Crisis Averted: What If the Bomb Had Gone Off?

What would have happened in Times Square?

May 3, 2010, 5:29 PM

May 3, 2010— -- On any other night, it was a perfect time to be in Times Square.

But on Saturday night, a potential catastrophe was aimed at one of the most crowded places in the world.

With unseasonably mild temperatures, more than 100,000 visitors packed into the area; side and cross walks were jammed. Then, suddenly, here in the thickest part of the square, everyone had to move.

Whistles and alerts from officers rang out and sent people scurrying into stuffed hotel lobbies and side streets ... anywhere but here.

Until the wee morning hours, everyone was waiting for a moment, one that thankfully never came.

On the corner of 45th Street and Broadway, a Nissan Pathfinder, laden with two different bombs, was smoldering. Whether by accident or on purpose, it was positioned to do maximum damage, according to Kevin Barry, who has spent 20 years investigating bombs for the NYPD.

"This was to create mass casualty," he said.

Thankfully that didn't happen, but the materials in the car had lethal potential and are easy to find. Propane tanks are as easy to find as a barbeque and though the fertilizer used here was not the explosive ammonium nitrate kind, stronger types are found in many garden centers.

The hardest part to find are the M-88 fire crackers that police said were supposed to be the detonators. They are legal in many states, as near to New York City as Pennsylvania.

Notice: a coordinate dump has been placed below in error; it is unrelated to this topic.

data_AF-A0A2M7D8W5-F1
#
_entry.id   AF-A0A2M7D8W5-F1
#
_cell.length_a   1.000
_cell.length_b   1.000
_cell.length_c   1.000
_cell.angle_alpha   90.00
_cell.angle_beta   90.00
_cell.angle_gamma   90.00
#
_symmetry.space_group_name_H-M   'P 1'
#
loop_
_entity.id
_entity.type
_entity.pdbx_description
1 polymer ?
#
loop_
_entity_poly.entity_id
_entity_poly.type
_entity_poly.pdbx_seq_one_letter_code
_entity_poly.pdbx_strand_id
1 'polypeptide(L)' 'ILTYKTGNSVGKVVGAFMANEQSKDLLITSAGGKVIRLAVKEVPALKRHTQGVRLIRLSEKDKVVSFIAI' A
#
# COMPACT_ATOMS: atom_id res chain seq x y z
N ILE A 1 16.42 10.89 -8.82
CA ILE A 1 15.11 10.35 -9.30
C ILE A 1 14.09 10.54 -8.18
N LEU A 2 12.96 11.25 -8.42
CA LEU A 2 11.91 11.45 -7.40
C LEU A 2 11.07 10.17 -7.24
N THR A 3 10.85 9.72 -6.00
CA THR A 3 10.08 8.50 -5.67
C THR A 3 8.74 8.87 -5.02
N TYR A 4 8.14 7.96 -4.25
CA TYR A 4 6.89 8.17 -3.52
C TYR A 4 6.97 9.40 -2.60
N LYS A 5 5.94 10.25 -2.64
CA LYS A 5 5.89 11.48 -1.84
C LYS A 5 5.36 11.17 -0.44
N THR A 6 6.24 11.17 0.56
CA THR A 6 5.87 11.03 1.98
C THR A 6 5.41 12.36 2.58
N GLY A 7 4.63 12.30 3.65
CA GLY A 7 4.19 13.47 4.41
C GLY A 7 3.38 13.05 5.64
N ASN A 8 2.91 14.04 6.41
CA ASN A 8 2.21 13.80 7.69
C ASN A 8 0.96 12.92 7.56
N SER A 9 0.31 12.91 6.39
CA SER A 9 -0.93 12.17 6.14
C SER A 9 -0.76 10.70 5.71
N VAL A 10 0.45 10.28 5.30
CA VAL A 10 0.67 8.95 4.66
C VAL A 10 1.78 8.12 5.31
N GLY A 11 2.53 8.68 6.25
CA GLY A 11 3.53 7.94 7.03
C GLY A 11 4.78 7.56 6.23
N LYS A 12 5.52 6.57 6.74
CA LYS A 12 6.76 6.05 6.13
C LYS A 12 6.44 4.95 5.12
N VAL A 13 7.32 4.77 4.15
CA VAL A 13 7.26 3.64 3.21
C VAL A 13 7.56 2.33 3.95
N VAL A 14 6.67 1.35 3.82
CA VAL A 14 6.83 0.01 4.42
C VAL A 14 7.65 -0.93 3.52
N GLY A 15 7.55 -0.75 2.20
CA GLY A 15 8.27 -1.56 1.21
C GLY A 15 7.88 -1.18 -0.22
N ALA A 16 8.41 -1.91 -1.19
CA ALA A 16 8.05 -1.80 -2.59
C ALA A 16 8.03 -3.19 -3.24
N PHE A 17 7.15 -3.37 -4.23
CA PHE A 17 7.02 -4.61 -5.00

These bombs were left in a location that reveals a harrowing opportunity.

"Fragmentation would've gone out in all directions," Barry said. "A fire wall would've encompassed most of this intersection and people would've been knocked down and hit with fragmentation. It would've been like someone opened up with an AK-47 or several automatic weapons and just started spraying bullets."

Based on the amount of bomb material, if everything had worked as planned, as many as 500 people could have been killed or injured, according to Barry, who said the bombs were designed as a one-two punch: the fertilizer was held in a metal locker designed to create explosive pressure once detonated. When it burst, fiery fragments of the locker and the car would rocket out the back window at speeds approaching 12,000 miles an hour.

Adding to all this was the second device, holding three propane tanks.

"The use of propane is to enhance the blast effect," Barry said.

The car was positioned between two sheer stone-faced buildings. That would have actually magnified the effect, ricocheting the blast up the buildings.

"After the blast effect, there is also a negative pressure phase of an explosion, where stuff is pulled back into the scene by the reverse air pressure," says Barry. "All the air is compressed and pushed outward, so all this ambient air would be pushed out as it hits all the signs and all the glass, they all broke, the negative phase pulls this stuff back onto the people into the street and rained down on them."

Meanwhile, he said, "parts of the vehicle would've been launched. Past explosions in the city in vehicles we found parts of the vehicle 20 stories up on the roof."

The blast range would span 2,000 feet in an instant. Then, there would have been a second wave of disaster as all the energy pushed out and then got sucked back in, using the glass and stone peaks of the surrounding buildlngs to horrible effect, sucking the shards back down on top of the helpless masses stranded below, Barry said.

It would have been a high-impact target, with a lot of people killed or injured, he said.

"Terrorism is a theatrical event," he said. "It's a theater. You're in the theater district and terrorism is theater."

But on this night, the heroes stole the show within minutes bomb techs were on the scene, first using robots to identify the bombs, then laboring by hand for hours in 70lb safety suits to make sure no one would be hurt on this day.